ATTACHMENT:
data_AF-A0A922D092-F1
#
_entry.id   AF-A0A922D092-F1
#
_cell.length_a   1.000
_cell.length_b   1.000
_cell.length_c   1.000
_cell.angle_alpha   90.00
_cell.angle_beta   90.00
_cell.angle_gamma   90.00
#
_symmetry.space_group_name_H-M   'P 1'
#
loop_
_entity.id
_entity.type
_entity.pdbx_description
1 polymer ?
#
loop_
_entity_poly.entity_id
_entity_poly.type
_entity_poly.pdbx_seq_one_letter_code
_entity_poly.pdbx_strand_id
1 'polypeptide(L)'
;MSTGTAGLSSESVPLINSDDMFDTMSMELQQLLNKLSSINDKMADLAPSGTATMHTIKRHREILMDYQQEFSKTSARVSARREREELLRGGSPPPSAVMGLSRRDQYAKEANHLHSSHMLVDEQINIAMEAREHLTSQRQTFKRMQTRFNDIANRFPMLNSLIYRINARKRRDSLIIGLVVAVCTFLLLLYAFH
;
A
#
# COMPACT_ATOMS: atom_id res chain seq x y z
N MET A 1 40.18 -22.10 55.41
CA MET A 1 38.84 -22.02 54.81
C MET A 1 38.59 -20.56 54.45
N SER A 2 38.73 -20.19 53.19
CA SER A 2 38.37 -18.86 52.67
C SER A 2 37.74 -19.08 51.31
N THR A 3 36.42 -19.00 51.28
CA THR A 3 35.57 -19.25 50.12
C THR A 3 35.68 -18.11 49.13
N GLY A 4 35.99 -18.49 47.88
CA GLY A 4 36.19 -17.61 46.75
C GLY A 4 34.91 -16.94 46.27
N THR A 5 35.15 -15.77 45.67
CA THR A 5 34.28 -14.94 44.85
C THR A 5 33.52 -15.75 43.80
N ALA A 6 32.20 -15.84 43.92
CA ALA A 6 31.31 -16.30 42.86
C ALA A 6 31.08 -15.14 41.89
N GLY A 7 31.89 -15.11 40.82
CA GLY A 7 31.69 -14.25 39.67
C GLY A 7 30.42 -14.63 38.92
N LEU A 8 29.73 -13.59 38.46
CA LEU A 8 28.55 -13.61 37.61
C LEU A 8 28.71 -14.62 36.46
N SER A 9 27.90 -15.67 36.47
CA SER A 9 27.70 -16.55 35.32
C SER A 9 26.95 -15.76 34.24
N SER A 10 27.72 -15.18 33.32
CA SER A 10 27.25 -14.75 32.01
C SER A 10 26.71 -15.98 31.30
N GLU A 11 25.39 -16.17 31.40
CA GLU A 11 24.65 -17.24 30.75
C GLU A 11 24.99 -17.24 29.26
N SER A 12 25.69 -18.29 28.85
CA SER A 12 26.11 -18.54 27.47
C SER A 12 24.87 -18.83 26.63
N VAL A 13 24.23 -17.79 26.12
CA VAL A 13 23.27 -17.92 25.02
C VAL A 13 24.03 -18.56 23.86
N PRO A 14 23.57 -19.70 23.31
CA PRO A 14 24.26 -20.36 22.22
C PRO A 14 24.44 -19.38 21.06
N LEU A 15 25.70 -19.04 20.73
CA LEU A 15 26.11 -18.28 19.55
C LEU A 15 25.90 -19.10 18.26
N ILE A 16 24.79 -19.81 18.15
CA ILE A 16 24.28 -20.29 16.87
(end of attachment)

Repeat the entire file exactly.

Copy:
data_AF-A0A922D092-F1
#
_entry.id   AF-A0A922D092-F1
#
_cell.length_a   1.000
_cell.length_b   1.000
_cell.length_c   1.000
_cell.angle_alpha   90.00
_cell.angle_beta   90.00
_cell.angle_gamma   90.00
#
_symmetry.space_group_name_H-M   'P 1'
#
loop_
_entity.id
_entity.type
_entity.pdbx_description
1 polymer ?
#
loop_
_entity_poly.entity_id
_entity_poly.type
_entity_poly.pdbx_seq_one_letter_code
_entity_poly.pdbx_strand_id
1 'polypeptide(L)'
;MSTGTAGLSSESVPLINSDDMFDTMSMELQQLLNKLSSINDKMADLAPSGTATMHTIKRHREILMDYQQEFSKTSARVSARREREELLRGGSPPPSAVMGLSRRDQYAKEANHLHSSHMLVDEQINIAMEAREHLTSQRQTFKRMQTRFNDIANRFPMLNSLIYRINARKRRDSLIIGLVVAVCTFLLLLYAFH
;
A
#
# COMPACT_ATOMS: atom_id res chain seq x y z
N MET A 1 40.18 -22.10 55.41
CA MET A 1 38.84 -22.02 54.81
C MET A 1 38.59 -20.56 54.45
N SER A 2 38.73 -20.19 53.19
CA SER A 2 38.37 -18.86 52.67
C SER A 2 37.74 -19.08 51.31
N THR A 3 36.42 -19.00 51.28
CA THR A 3 35.57 -19.25 50.12
C THR A 3 35.68 -18.11 49.13
N GLY A 4 35.99 -18.49 47.88
CA GLY A 4 36.19 -17.61 46.75
C GLY A 4 34.91 -16.94 46.27
N THR A 5 35.15 -15.77 45.67
CA THR A 5 34.28 -14.94 44.85
C THR A 5 33.52 -15.75 43.80
N ALA A 6 32.20 -15.84 43.92
CA ALA A 6 31.31 -16.30 42.86
C ALA A 6 31.08 -15.14 41.89
N GLY A 7 31.89 -15.11 40.82
CA GLY A 7 31.69 -14.25 39.67
C GLY A 7 30.42 -14.63 38.92
N LEU A 8 29.73 -13.59 38.46
CA LEU A 8 28.55 -13.61 37.61
C LEU A 8 28.71 -14.62 36.46
N SER A 9 27.90 -15.67 36.47
CA SER A 9 27.70 -16.55 35.32
C SER A 9 26.95 -15.76 34.24
N SER A 10 27.72 -15.18 33.32
CA SER A 10 27.25 -14.75 32.01
C SER A 10 26.71 -15.98 31.30
N GLU A 11 25.39 -16.17 31.40
CA GLU A 11 24.65 -17.24 30.75
C GLU A 11 24.99 -17.24 29.26
N SER A 12 25.69 -18.29 28.85
CA SER A 12 26.11 -18.54 27.47
C SER A 12 24.87 -18.83 26.63
N VAL A 13 24.23 -17.79 26.12
CA VAL A 13 23.27 -17.92 25.02
C VAL A 13 24.03 -18.56 23.86
N PRO A 14 23.57 -19.70 23.31
CA PRO A 14 24.26 -20.36 22.22
C PRO A 14 24.44 -19.38 21.06
N LEU A 15 25.70 -19.04 20.73
CA LEU A 15 26.11 -18.28 19.55
C LEU A 15 25.90 -19.10 18.26
N ILE A 16 24.79 -19.81 18.15
CA ILE A 16 24.28 -20.29 16.87